God established the family, and the home is the place where the family’s deepest needs are to be met. Therefore every home should be built on the Rock, the Lord Jesus Christ. The family should have priority above business, pleasure and friends.
It should be highly valued and loved, and not treated like a restaurant or gas station where one fills up and leaves. As conflicts emerge, every effort should be made to resolve each one on the same day that it occurs so no one goes to bed angry. The apostle Paul declared, “Do not let the sun go down on your wrath” (Eph. 4:26 NKJV). Knowing the Master, the Lord Jesus Christ, is the key to unlock and resolve conflicts.
Three Marital Relationships
Scholars have presented different concepts of the family, including “open and closed families,” “functional and dysfunctional families” and “normal and abnormal families.” However, based on my own experiences and listening to Christian ministry, I find three:
1. The immature marital relationship. By “immature” I mean the relationship is laden with conflicts, discomfort, distress, resentment, anger and shame because of child-like behavior and apparent lack of a sense of responsibility by one or both spouses. For example, although the husband, wife and children are living in the same house, there is no display of headship.
The husband fails to take his God-given role as head of the family (1 Cor. 11:3; Eph. 5:23), and the wife doesn’t assist him with his leadership role. The importance of this is seen in nature: any organism without a head is dead. As a result, each one in the family does that which is right in his or her own eyes, ignoring the needs of the others.
2. The mediocre marital relationship. In this relationship a moderate value is placed on the family system and some conflicts are resolved, but there is confusion about the roles in the relationship. This relationship has two heads, so there is a constant power struggle between husband and wife as to the leadership role. Any organism with two heads leads to confusion.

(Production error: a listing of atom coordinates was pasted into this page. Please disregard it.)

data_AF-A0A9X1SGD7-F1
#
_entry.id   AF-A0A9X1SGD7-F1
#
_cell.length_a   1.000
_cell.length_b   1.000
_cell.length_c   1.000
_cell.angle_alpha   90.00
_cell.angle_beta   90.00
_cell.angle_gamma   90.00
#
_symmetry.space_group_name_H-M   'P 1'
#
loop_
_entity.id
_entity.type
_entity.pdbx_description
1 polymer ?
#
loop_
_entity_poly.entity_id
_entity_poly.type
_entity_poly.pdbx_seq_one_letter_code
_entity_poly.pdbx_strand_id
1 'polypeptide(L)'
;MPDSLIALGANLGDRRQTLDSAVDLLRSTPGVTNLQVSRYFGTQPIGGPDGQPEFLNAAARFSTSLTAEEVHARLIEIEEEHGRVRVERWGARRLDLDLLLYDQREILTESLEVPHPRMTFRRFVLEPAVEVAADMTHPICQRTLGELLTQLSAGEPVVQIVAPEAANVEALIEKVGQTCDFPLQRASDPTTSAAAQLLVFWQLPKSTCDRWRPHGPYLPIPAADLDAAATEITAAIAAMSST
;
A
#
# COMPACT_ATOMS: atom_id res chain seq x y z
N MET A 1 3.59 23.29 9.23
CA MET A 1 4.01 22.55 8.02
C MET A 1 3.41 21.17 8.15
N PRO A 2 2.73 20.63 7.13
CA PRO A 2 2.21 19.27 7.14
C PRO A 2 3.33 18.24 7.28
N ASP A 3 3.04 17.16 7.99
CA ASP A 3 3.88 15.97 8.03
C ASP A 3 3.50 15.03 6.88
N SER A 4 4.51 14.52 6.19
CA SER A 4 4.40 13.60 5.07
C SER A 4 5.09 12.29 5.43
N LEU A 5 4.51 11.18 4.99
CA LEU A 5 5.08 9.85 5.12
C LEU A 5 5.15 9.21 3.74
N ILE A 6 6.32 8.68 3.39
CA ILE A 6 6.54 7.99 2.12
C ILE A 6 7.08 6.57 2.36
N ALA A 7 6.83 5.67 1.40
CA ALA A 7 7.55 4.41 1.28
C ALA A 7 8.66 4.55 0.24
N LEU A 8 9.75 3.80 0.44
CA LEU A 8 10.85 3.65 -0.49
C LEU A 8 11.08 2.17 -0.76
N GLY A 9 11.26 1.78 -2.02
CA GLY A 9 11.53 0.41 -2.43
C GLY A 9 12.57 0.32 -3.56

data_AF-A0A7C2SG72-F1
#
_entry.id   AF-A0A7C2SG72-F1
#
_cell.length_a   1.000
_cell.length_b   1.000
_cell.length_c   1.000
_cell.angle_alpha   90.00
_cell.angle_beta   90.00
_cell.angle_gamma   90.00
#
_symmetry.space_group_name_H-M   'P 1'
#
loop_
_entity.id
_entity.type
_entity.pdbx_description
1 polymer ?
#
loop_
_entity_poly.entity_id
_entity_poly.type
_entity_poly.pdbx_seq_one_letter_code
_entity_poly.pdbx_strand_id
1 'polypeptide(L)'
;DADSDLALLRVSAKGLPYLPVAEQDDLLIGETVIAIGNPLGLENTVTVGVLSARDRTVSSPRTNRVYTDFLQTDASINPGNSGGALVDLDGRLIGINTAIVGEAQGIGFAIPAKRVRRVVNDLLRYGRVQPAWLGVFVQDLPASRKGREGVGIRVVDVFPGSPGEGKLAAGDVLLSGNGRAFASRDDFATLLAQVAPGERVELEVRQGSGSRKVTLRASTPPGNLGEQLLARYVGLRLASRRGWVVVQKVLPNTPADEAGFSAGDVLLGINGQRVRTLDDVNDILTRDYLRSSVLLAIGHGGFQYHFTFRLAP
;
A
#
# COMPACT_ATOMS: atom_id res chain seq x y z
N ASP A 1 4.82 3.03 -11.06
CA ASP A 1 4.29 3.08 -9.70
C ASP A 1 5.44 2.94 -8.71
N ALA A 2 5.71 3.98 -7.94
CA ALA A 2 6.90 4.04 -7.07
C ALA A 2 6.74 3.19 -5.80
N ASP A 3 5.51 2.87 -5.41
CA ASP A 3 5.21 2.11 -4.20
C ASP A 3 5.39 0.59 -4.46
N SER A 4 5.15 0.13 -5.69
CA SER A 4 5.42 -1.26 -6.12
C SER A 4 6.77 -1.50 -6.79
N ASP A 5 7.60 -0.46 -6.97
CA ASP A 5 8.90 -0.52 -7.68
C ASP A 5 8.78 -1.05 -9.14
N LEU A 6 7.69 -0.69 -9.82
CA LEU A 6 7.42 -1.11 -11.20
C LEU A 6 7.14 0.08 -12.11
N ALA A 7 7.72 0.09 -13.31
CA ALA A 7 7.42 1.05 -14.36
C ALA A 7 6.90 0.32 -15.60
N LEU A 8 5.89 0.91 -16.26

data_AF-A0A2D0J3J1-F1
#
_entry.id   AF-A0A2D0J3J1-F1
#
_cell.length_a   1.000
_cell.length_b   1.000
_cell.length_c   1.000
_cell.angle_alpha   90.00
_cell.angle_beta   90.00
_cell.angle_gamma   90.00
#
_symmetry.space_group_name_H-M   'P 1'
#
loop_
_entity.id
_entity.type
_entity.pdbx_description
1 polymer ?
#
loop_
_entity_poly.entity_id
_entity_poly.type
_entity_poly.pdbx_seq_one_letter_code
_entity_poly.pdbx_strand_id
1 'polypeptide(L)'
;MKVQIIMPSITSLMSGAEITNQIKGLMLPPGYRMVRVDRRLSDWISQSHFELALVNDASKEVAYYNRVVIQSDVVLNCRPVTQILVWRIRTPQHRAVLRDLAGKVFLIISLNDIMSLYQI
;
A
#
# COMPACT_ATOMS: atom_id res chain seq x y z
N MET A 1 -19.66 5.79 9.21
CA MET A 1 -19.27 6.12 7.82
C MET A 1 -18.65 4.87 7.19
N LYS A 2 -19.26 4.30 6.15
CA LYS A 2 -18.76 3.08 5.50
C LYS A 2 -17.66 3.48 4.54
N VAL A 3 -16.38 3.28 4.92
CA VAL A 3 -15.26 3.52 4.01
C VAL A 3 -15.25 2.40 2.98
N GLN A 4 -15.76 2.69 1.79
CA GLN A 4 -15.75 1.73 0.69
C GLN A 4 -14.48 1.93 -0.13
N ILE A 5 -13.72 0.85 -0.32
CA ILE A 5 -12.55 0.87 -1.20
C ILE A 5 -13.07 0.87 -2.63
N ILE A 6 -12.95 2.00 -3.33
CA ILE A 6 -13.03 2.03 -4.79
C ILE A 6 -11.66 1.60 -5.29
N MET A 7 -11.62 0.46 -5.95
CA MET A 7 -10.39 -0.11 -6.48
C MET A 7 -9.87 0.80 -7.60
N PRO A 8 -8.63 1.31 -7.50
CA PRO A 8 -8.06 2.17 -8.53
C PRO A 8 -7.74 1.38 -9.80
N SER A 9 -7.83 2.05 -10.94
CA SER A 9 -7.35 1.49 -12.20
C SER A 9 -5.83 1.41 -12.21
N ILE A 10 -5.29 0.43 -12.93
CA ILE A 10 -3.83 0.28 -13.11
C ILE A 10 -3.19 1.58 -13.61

While it is often stated that “two heads are better than one,” that is only true if they are functioning together in unity. In the mediocre family relationship the husband and the wife both assume the role as head, and sometimes the oldest child will do the same over the other siblings. Hence, the leadership in the family is confusing and conflicting. This results in significant problems and a tendency to ignore or cover them up.
3. The matured marital relationship. Here we see each partner lavishing genuine love on the other. There is structure with open and honest communication. Peace and joy exist within the home, and when conflicts surface they are recognized and resolved in a loving and healing manner.
The husband is the head of the family, and as head he leads in a humble way – providing, protecting and pursuing realistic family goals. He does not think he is superior and his wife is inferior, but he simply accepts his role from God – that “the husband is head of the wife, as also Christ is head of the Church” (Eph. 5:23).
Therefore he loves and cherishes his wife who in turn recognizes his role and submits to him in love. The harmony displayed in the marital relationship becomes a model for the children, whose needs are also met within the family system. For this family, “godliness with contentment is great gain” (1 Tim. 6:6). Real happiness does not depend on having much to live on, but having much for which to live.
The Families’ Desire
There is a heart cry for more “mature” family relationships in which peace, joy, contentment and love govern expressions and actions. Many families desire a happier family life and a closer relationship with God.
By Emmanuel V. John, adapted from “Resolving Family Conflicts – How To Prevent Break-downs And Breakups,” published by Overcomer Press, Owosso, MI; 1993.
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